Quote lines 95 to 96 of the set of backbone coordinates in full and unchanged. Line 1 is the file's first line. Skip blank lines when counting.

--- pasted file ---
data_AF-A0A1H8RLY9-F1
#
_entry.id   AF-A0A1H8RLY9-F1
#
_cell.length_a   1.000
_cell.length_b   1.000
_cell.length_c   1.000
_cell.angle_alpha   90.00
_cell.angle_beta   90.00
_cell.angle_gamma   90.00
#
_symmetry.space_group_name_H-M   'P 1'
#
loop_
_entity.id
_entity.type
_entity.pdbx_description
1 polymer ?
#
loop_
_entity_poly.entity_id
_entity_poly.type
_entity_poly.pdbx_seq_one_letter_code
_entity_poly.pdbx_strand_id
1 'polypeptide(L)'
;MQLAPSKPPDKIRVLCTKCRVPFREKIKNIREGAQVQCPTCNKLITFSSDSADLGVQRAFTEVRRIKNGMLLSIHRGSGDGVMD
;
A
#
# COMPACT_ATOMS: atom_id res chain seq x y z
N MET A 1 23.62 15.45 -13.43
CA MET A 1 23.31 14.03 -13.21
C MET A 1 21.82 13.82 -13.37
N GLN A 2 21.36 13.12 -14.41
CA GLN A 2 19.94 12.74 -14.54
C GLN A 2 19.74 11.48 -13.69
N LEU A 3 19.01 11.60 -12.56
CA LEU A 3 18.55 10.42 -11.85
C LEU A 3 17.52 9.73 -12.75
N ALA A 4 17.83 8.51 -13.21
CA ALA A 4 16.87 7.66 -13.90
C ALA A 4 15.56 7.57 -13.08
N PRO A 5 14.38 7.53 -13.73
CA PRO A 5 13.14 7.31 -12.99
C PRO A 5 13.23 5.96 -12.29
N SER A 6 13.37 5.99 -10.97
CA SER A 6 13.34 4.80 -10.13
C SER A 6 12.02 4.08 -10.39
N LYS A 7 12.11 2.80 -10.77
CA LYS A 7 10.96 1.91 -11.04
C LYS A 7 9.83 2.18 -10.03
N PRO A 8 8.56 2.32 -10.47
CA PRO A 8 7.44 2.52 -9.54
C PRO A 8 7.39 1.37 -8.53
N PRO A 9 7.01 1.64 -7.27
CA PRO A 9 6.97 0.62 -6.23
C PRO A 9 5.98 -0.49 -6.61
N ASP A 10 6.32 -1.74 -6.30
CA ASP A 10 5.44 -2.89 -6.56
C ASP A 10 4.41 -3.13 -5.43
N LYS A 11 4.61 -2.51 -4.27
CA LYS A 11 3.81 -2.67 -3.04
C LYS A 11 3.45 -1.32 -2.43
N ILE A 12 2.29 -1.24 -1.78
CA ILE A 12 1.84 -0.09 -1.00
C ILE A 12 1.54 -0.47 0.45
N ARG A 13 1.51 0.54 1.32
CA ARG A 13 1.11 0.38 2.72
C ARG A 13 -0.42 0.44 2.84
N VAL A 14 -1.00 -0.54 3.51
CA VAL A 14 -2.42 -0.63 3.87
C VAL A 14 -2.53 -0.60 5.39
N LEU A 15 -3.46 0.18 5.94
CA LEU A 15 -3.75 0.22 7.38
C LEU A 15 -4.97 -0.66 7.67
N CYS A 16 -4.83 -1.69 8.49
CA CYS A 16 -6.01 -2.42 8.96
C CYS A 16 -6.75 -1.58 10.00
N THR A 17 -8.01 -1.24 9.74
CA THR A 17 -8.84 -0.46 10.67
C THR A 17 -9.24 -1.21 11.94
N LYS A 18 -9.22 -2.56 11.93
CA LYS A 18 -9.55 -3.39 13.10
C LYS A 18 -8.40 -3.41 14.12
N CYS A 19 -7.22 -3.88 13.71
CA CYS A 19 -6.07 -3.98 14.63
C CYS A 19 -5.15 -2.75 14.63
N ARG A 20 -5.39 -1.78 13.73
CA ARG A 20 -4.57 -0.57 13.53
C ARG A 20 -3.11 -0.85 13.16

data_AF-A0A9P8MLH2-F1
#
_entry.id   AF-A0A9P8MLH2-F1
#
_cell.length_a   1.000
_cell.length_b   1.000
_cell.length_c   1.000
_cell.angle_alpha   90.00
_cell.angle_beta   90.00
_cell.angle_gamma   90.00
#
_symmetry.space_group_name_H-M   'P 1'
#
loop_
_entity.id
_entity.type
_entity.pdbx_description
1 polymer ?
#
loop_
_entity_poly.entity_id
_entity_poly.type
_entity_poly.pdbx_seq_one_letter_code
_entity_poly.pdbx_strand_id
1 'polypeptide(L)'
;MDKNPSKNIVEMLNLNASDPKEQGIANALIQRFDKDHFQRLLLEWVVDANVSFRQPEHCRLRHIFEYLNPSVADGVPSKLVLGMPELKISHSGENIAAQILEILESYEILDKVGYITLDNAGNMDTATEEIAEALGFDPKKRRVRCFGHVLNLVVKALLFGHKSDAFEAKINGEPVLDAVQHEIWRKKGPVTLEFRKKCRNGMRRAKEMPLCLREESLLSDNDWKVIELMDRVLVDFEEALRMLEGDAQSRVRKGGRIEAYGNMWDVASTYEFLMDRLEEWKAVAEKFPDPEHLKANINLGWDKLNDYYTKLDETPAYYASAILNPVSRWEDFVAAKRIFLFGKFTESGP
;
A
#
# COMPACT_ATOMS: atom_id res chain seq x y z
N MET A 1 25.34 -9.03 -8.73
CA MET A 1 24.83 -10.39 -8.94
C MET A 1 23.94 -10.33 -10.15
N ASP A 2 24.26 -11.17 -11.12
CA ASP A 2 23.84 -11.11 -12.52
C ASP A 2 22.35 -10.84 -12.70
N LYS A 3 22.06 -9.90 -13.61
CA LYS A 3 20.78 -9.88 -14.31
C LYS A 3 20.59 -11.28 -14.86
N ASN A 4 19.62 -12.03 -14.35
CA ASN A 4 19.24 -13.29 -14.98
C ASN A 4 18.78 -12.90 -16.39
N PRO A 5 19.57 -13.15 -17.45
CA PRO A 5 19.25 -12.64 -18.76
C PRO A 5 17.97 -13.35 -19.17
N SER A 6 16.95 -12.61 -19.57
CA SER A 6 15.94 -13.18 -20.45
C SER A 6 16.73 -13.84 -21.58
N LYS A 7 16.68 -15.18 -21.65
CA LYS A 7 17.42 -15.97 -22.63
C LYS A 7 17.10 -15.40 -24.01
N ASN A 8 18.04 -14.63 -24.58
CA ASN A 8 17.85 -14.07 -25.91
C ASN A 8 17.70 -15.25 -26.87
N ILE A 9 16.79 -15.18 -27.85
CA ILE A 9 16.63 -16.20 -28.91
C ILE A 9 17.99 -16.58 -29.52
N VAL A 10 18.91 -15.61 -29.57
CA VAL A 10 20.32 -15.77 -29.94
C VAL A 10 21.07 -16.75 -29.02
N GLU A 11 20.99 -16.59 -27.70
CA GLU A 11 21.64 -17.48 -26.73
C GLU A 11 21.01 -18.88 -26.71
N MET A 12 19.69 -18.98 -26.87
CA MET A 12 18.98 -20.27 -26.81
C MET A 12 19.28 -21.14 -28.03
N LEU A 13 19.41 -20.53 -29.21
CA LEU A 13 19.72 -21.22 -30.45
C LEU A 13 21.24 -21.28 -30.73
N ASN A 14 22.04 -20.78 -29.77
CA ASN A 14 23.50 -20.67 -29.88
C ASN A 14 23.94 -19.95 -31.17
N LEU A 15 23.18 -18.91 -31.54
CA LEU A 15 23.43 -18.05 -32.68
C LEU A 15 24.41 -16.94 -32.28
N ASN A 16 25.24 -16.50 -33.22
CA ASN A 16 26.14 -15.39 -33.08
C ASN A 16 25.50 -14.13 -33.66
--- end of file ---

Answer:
_cell.length_a   1.000
_cell.length_b   1.000